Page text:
In the 2011 Medscape report, 66% of radiologists said they would choose medicine again and 82% would select their own specialty. This year, only 49% would still choose medicine, and 52% would select their own specialty. Furthermore, in 2011, 56% said they would choose their own practice setting, but this year only 32% would go that same route.

Slide 12

To determine the level of general career satisfaction, Medscape averaged the percentage of radiologists who again would choose medicine, those who would choose their own specialty, and those who thought they were fairly compensated. At 51%, radiologists came in slightly below the middle in overall satisfaction—which is the same as last year's percentage (51%), with a similar ranking. According to the calculation, the most satisfied physicians this year are dermatologists (63%), followed by psychiatrists and pathologists (both at 57%) and emergency medicine physicians and pediatricians (both at 56%). The least satisfied, from the bottom up, are internists (47%), nephrologists (48%), and general surgeons (49%).

Slide 13

Despite considerable publicity, cash-only and concierge practices are still not significant payment models for radiologists.[4] Participation in accountable care organizations, however, continues to rise steadily, from 26% last year to 29% currently, with 12% more expecting to be part of an ACO this year.

Slide 14

The American Medical Association has warned that the "'regulatory tsunami' facing US physicians could cut Medicare payments by more than 13% by the end of the decade."[5] Nevertheless, 76% of employed and 78% of self-employed radiologists said they will continue taking new and current Medicare or Medicaid patients, which is up from their responses last year, when 66% of employed and 76% of self-employed radiologists said they would take these patients. There was a slight decline in those not taking Medicaid or Medicare. There was a decline among undecided employed radiologists between last year and now, from 30% to 19%, and no change among those who were self-employed. This overall decline, coupled with the increase in those taking Medicaid/Medicare patients, suggests that more undecided radiologists opted to take these patients.

Slide 15

In a Medscape report on insurers conducted in 2014, well over one half (58%) of all physicians received less than $100 from private insurers for a new-patient office visit. In the current report, when asked whether they would drop insurers who pay poorly, 17% of radiologists said they would and 40% would not. (The question was not applicable to the remaining survey respondents.)

Slide 16

According to Medscape survey findings, 19% of employed and 21% of self-employed radiologists say they have offered new ancillary services within the past 3 years. Of particular concern to radiologists is the proliferation of ancillary in-house imaging services provided by nonradiologist physicians to boost their practice revenues.

Slide 17

Only 44% of radiologists say they discuss the cost of treatment with patients, and a mere 6% do this regularly. Sixteen percent are unaware of the cost of treatment. A 2013 editorial in the New England Journal of Medicine stressed the benefits of such discussions, including finding lower-cost alternatives and making trade-offs, and noted that it is "well within physicians' traditional duties to discuss such matters with our patients."[6]

Slide 18

Twenty-six percent of radiologists spend 30-45 hours per week seeing patients. Less than one third (30%) spend more than that. A JAMA study of all physicians found that between 1997 and 2007, there was a decrease among all physicians of nearly 4 hours per week in seeing patients, which may be in part related to the declining fees over that same period.[7] Another reason for the decline is the increasing proportion of women physicians and older physicians, who tend to work shorter hours and fewer weeks.[1]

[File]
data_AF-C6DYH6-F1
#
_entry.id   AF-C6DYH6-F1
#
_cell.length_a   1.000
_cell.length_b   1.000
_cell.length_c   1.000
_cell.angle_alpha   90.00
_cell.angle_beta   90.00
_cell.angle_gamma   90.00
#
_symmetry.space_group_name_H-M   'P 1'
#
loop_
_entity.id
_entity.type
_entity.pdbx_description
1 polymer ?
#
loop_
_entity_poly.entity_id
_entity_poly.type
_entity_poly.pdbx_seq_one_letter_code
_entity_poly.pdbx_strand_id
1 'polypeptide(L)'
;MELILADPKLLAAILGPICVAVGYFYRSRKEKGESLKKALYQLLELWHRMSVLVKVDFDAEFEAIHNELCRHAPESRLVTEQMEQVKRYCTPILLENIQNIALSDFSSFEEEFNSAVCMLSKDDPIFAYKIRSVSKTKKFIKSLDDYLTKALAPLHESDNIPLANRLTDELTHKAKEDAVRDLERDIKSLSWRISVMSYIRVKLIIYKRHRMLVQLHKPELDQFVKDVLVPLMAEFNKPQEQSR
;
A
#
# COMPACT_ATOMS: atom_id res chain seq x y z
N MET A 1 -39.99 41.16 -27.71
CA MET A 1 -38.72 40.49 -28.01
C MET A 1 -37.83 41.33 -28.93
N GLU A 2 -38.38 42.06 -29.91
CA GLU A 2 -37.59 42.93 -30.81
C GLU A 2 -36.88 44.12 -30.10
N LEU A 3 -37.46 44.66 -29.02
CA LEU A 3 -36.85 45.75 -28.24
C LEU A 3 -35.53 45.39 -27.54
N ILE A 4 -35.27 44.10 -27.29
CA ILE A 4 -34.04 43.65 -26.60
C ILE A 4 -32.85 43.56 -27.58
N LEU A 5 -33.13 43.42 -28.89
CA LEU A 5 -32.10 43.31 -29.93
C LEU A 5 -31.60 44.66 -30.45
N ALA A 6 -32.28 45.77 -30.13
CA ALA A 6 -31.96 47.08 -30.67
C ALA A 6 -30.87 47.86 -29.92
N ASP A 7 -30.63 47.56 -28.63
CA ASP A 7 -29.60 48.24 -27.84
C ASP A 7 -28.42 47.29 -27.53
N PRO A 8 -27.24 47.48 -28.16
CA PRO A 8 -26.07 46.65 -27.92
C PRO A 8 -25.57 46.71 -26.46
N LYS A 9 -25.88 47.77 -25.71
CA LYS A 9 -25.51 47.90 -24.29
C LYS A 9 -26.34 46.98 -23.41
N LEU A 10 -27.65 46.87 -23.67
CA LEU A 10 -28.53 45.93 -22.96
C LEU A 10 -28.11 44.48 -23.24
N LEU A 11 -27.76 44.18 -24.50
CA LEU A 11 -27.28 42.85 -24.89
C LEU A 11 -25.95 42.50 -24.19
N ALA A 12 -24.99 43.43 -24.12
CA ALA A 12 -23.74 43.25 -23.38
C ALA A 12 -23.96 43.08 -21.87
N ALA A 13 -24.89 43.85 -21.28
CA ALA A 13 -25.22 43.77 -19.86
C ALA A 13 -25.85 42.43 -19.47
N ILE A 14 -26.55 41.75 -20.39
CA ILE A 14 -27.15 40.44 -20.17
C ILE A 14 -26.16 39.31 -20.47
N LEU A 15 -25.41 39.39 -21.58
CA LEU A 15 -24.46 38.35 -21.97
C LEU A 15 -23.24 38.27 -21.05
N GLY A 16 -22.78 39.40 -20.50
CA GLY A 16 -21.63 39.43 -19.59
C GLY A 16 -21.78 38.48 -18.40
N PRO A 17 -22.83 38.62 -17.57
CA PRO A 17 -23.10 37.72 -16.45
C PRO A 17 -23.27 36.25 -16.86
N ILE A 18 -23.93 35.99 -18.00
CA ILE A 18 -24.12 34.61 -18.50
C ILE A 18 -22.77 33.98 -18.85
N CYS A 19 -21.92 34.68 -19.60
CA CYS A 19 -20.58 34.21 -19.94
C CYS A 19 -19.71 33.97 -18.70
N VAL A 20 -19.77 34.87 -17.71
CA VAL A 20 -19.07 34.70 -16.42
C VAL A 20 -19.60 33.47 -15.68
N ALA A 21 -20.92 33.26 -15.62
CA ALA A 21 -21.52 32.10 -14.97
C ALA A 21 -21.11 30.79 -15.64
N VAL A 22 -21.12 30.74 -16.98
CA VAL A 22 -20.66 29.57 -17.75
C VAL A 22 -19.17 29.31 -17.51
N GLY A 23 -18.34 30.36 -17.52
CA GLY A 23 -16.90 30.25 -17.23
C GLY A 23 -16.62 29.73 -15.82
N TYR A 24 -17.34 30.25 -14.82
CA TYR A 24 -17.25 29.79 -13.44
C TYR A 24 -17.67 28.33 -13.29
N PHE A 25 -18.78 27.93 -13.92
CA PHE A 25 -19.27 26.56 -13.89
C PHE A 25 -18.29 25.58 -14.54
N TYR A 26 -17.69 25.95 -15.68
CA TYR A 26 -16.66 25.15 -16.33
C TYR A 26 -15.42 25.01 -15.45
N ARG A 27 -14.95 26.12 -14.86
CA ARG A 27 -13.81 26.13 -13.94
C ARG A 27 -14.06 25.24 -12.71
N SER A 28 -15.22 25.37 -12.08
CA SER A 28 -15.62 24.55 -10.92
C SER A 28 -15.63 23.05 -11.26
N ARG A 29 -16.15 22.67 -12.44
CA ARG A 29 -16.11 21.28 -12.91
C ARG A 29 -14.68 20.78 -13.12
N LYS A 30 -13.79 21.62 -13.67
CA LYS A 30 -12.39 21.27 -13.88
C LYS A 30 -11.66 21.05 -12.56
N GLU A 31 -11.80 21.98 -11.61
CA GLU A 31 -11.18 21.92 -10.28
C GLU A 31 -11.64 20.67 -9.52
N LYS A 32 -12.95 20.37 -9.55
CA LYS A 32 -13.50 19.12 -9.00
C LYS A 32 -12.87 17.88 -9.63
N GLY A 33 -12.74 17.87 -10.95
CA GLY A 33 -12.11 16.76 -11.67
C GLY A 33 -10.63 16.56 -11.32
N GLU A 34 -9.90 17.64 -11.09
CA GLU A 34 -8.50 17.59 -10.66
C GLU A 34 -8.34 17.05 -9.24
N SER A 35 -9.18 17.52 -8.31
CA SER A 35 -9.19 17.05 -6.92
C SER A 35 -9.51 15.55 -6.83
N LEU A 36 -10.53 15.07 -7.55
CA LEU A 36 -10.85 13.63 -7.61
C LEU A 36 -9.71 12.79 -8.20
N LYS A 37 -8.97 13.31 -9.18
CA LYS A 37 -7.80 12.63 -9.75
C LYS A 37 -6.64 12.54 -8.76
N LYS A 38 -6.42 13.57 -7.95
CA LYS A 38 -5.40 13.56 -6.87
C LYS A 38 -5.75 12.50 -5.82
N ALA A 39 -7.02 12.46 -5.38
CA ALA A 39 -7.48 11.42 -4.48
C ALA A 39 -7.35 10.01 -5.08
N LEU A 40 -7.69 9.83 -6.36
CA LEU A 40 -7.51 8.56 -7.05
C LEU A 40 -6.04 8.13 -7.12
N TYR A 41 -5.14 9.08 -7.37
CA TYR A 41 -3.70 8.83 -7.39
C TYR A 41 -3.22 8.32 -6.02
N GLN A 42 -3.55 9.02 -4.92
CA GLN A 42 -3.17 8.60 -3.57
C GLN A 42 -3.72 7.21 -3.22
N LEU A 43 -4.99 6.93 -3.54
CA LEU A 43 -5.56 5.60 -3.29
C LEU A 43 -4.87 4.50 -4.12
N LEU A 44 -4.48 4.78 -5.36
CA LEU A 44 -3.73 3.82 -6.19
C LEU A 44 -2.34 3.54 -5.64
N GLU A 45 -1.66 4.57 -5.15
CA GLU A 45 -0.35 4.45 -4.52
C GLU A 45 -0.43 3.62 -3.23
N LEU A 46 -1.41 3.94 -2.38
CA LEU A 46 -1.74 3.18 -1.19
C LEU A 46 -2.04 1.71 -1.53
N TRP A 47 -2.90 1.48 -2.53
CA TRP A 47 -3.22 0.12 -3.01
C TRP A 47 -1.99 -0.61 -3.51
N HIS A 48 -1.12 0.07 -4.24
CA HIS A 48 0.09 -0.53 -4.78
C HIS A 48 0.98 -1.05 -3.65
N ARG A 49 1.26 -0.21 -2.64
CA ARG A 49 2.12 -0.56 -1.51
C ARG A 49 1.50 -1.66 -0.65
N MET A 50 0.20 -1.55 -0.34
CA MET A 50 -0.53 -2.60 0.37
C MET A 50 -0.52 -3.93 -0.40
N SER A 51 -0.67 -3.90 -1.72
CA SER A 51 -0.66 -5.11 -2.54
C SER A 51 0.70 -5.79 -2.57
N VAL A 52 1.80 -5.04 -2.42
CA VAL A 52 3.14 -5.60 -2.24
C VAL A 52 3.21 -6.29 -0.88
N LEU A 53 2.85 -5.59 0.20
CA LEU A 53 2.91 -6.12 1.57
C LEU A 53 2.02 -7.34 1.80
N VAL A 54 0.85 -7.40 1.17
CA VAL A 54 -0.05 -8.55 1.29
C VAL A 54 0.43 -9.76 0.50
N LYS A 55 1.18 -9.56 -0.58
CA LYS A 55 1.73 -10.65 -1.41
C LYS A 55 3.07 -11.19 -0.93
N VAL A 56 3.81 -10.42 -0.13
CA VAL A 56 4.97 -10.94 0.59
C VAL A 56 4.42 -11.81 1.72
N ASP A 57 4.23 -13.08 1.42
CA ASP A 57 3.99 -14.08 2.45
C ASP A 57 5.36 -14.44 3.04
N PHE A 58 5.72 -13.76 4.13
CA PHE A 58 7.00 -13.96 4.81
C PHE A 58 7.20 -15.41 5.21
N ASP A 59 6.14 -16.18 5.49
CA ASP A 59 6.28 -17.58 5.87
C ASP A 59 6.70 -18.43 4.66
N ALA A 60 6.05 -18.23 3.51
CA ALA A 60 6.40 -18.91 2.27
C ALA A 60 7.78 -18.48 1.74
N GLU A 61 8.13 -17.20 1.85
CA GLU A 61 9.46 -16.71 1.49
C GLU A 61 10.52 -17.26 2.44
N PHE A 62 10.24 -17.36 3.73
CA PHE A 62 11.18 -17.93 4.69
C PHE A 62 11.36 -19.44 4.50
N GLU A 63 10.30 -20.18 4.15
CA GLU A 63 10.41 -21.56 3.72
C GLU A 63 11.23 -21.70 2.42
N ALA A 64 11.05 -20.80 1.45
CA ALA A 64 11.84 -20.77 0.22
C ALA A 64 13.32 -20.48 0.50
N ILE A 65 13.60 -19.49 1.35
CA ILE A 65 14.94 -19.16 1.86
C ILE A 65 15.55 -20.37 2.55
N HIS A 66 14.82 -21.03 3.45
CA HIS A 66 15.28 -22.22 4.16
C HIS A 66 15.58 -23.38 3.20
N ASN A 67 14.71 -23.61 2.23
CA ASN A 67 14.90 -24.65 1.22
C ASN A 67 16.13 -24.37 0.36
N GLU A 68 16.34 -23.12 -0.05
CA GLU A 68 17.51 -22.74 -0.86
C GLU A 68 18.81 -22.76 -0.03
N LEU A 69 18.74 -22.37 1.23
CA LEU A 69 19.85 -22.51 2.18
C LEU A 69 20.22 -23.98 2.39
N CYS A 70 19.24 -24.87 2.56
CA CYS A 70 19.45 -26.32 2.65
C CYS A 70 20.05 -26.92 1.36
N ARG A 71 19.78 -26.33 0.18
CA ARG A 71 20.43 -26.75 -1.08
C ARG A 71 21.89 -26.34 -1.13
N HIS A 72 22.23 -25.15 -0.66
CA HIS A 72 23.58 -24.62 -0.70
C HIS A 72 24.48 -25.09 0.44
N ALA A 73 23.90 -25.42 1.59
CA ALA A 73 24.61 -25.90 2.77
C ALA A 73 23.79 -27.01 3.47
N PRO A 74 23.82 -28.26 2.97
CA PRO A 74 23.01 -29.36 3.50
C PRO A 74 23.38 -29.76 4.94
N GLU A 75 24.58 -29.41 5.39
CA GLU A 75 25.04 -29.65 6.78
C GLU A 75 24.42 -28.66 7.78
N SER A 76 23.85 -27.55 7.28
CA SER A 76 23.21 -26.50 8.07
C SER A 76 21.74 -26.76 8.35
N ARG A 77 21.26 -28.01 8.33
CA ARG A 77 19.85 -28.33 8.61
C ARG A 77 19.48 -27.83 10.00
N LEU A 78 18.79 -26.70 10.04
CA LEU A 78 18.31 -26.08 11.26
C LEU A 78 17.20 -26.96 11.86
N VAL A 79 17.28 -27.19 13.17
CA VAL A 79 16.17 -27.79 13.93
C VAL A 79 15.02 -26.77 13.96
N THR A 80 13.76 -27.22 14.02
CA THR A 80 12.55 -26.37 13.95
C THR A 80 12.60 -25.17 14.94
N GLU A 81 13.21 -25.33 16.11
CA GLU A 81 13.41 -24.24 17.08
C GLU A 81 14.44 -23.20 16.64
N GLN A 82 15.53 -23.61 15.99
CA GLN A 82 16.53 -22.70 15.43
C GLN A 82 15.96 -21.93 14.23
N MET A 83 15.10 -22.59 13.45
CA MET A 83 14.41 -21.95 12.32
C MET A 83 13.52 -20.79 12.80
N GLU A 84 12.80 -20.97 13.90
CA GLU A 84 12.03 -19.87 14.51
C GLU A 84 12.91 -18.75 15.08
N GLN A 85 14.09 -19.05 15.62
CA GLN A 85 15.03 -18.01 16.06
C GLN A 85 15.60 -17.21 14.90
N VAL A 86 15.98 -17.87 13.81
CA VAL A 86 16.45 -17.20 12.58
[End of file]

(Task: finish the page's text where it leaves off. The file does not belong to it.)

Slide 19

In a 2012 survey, physicians reported spending 22% of their time on nonclinical paperwork.[8] Paperwork load is nearly equal among self-employed radiologists compared with those who are employed: 33% of those who work for themselves spend 10 or more hours per week on these tasks, compared with 47% of those who work for others.

Slide 20

Less than one half (41%) of radiologists spend 16 minutes or less per patient. Only 11% spend more time than that.

Slide 21

Nearly one third of female radiologists (31%) and only 13% of male radiologists work part-time. These percentages reflect those among the general physician population, where nearly one quarter (24%) of female and 13% of male physicians work part-time.

Slide 22

The oldest radiologists (65 and older) make up the largest part-time age group, at 35%. Three percent of those under 35 and a slightly higher number (between 7% and 14%) of those in middle age work part-time.

Slide 23

Female and male radiologists reported only slight differences in what they found most rewarding about their jobs. Fifty-six percent of women and 59% of men believed that being very good at their job is a major source of satisfaction. More women (20%) than men (16%) cited making good money as a reward, and an equal percentage (9%) of male and female radiologists named relationships with patients. Being proud of being a doctor was last on the list as a reward for both genders.

Slide 24

Only 20% of radiologists are planning on participating in health insurance exchanges, which is down from 29% last year. This year, 22% of radiologists said they were not participating, up from 13% in the 2014 Medscape report.

Slide 25

Radiologists were asked what impact health insurance exchanges would have on their income. Many physicians may have already felt their effect, and radiologists expect to have a harder time than PCPs. Only 4% of radiologists believe that their income is likely to increase with health insurance exchanges, whereas 10% of PCPs think it will rise. Over one half (51%) of radiologists believe that their income will decrease, compared with 27% of PCPs.